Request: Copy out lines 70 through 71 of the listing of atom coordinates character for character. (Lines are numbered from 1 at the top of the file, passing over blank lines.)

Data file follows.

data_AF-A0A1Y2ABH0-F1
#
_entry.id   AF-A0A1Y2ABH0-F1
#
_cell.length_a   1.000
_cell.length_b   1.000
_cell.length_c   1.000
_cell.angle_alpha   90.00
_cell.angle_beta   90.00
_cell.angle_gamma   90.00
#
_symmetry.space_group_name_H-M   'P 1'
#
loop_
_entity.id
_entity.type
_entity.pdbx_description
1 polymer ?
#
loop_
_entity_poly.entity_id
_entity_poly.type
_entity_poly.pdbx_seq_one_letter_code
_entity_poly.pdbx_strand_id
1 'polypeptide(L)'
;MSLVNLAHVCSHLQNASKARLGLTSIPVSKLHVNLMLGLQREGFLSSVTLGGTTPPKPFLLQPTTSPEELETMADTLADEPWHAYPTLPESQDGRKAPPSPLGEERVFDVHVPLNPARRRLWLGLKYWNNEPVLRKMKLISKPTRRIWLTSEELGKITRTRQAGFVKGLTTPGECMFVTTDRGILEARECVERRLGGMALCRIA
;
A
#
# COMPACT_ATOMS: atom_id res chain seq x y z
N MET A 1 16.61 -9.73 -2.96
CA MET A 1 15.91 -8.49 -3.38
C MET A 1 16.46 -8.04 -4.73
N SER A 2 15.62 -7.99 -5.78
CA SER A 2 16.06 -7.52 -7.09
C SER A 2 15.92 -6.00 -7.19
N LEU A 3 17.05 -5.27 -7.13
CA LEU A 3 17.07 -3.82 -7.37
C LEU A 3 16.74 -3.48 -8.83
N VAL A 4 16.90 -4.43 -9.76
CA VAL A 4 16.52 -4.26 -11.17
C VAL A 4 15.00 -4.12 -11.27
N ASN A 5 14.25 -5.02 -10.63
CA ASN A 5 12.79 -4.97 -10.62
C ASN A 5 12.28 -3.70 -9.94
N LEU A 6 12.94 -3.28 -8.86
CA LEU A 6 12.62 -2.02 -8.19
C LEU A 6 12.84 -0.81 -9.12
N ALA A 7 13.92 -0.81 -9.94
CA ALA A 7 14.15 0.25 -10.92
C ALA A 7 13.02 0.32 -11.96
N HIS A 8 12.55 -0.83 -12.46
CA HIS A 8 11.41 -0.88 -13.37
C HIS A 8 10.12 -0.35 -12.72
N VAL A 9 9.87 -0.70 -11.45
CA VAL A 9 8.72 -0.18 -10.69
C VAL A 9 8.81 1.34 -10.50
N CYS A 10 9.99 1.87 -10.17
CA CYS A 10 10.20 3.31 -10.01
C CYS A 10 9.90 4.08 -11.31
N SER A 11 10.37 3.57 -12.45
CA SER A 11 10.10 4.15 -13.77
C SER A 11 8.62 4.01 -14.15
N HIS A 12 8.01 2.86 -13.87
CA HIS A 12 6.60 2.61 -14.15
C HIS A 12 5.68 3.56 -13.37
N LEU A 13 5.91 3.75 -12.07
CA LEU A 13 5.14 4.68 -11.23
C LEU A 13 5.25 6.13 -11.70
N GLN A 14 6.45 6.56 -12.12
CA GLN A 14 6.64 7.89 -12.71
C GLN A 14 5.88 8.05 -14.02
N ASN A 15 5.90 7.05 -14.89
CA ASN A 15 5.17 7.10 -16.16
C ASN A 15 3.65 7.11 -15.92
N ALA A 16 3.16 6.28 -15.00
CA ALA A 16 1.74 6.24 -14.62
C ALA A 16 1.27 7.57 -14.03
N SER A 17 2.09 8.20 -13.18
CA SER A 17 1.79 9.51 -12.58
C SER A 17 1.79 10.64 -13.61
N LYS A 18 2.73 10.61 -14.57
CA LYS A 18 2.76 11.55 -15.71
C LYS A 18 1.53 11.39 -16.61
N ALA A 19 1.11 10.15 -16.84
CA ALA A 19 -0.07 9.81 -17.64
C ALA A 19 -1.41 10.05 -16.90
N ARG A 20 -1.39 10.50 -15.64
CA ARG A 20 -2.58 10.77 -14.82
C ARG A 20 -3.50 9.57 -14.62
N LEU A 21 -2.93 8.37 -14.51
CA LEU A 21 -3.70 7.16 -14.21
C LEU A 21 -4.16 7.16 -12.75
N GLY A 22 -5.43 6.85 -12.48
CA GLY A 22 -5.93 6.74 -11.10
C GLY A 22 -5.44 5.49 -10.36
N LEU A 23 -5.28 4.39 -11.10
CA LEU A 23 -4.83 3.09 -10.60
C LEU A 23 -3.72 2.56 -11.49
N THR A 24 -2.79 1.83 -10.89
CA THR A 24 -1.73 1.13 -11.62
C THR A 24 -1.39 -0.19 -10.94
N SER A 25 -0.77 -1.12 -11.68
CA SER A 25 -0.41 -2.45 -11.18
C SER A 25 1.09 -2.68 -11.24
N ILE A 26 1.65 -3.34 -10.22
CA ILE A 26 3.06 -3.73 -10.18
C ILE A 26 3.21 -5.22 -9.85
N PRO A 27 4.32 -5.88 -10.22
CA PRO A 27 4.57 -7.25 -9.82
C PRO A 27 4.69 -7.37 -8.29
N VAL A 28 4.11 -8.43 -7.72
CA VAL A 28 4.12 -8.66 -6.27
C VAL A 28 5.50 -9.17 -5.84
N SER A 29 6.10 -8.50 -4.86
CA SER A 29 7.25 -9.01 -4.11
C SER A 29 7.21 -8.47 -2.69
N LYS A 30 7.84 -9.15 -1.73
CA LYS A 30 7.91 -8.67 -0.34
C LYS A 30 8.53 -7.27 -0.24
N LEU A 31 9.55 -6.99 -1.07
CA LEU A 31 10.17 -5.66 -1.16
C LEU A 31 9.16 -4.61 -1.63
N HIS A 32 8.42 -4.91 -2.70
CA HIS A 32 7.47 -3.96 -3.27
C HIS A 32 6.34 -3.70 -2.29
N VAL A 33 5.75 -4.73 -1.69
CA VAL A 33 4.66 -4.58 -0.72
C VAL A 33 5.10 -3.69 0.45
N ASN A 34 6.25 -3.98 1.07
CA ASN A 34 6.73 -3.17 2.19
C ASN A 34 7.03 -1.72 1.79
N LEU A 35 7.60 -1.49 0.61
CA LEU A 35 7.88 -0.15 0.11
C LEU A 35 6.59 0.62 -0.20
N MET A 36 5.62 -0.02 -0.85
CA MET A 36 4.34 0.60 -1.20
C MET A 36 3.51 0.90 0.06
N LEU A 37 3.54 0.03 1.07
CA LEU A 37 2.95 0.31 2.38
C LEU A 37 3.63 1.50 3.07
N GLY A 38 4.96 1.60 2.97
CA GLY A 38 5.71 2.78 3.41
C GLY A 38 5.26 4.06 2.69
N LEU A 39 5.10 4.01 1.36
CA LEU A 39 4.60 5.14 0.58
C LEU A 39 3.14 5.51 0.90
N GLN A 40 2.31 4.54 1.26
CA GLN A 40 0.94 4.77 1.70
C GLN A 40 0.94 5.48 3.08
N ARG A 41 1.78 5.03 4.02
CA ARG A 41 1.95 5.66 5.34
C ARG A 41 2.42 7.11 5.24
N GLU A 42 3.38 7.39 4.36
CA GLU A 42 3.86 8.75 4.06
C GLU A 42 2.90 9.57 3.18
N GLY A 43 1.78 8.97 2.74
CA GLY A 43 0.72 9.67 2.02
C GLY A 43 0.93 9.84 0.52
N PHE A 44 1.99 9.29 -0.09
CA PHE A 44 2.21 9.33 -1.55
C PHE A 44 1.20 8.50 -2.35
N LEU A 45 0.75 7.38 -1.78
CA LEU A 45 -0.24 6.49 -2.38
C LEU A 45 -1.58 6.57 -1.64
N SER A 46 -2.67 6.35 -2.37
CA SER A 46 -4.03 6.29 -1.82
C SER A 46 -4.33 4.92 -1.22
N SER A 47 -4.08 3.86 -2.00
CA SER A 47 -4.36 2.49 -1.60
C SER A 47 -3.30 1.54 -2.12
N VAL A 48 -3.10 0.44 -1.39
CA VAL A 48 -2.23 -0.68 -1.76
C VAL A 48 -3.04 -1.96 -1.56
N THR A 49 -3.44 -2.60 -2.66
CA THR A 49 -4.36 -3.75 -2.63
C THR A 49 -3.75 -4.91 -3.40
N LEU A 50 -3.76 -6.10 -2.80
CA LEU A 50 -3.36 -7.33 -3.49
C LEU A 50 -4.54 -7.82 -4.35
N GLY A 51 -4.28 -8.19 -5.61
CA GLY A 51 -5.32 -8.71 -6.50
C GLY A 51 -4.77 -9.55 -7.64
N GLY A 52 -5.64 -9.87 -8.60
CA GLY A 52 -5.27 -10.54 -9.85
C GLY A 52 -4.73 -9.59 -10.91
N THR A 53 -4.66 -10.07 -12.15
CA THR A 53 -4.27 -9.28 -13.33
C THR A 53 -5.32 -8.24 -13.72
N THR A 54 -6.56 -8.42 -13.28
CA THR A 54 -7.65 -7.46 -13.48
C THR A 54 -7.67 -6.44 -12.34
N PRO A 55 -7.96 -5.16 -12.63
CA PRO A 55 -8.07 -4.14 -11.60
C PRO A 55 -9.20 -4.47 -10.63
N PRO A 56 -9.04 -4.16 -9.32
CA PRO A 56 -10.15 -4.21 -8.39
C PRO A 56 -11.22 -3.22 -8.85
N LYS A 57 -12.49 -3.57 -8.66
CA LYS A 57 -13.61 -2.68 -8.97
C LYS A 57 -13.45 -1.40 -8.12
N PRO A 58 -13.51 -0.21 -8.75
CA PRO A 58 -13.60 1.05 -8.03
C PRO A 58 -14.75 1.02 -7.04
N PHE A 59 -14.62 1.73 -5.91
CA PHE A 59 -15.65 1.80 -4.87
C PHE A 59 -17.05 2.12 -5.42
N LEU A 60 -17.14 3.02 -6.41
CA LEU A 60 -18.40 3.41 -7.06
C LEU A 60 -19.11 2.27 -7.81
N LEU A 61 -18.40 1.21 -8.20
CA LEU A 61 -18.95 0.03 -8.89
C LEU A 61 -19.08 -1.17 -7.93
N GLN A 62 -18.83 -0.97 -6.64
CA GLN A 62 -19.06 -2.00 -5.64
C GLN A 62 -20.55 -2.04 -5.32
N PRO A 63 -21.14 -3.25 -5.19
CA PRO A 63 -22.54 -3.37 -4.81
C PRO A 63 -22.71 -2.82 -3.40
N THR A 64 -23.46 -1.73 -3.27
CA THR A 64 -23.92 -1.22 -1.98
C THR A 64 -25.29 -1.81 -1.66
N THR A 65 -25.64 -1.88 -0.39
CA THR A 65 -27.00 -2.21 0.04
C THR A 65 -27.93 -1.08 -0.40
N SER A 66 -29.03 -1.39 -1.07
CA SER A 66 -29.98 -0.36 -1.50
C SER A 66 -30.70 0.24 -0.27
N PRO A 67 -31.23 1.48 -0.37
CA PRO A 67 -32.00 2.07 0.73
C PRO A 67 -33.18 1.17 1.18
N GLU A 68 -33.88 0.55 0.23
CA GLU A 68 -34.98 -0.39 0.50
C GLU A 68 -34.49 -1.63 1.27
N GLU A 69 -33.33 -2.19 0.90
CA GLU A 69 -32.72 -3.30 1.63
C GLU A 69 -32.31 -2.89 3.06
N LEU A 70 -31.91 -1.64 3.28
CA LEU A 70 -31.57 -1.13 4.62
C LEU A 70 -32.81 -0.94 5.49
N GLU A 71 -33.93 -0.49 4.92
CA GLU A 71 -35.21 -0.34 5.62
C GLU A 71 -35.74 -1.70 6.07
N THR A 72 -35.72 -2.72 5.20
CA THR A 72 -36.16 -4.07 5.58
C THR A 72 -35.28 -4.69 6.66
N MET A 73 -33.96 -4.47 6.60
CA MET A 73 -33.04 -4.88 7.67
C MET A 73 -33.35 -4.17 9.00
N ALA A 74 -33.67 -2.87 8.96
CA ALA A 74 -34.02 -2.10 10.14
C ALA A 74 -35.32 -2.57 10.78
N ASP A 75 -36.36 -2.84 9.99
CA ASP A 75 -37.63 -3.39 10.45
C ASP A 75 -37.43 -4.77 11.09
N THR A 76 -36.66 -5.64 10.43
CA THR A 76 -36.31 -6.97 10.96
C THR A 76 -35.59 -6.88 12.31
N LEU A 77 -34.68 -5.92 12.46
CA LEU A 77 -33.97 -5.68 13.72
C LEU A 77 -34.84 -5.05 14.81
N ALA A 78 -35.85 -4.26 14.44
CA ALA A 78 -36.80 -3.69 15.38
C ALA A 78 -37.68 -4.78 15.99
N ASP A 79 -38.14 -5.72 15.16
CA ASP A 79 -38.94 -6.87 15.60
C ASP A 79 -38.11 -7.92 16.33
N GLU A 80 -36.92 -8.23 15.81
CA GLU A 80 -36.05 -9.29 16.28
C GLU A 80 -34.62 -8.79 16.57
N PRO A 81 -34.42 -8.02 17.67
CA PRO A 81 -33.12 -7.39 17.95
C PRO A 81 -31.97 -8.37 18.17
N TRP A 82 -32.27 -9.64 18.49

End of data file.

N GLN A 14 6.45 6.56 -12.12
CA GLN A 14 6.64 7.89 -12.71